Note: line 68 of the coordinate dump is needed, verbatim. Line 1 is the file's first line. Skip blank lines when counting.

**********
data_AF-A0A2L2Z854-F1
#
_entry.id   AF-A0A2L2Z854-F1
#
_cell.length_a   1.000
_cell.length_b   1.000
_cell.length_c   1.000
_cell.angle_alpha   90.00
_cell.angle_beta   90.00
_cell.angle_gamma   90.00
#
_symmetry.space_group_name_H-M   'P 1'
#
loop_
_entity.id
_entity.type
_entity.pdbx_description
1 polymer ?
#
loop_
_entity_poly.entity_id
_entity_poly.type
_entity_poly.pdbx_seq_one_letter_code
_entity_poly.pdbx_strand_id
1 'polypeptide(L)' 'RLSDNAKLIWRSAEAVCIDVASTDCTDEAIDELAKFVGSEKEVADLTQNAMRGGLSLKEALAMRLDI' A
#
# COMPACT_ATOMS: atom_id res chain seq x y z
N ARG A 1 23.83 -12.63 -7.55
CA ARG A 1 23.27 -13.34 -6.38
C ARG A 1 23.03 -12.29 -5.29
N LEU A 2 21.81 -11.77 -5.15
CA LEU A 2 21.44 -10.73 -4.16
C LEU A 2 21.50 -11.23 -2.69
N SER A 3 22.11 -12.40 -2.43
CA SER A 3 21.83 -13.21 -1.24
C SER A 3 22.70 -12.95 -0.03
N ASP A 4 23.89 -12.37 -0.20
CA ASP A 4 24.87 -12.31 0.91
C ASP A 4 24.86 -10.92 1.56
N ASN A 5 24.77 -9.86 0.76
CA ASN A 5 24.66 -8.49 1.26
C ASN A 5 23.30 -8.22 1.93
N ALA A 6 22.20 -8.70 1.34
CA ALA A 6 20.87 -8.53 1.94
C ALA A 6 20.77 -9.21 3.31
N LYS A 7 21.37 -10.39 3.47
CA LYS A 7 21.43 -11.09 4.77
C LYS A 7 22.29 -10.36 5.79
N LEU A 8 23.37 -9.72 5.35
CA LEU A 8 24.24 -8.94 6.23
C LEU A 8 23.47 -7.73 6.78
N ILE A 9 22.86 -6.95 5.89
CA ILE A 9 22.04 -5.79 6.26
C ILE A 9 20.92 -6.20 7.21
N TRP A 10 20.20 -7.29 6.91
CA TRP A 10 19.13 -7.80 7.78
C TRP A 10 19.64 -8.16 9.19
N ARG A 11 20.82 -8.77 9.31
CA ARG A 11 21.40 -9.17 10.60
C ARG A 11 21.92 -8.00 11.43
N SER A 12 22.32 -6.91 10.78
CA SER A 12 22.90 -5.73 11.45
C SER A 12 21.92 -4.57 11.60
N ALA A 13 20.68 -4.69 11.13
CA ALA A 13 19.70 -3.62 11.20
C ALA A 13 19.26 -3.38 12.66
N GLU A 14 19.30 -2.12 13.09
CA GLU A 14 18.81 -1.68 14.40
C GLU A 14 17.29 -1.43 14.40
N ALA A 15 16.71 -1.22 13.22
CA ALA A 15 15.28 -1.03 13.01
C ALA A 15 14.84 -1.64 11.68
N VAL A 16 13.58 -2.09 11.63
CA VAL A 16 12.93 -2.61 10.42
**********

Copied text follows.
CA GLU A 14 18.81 -1.68 14.40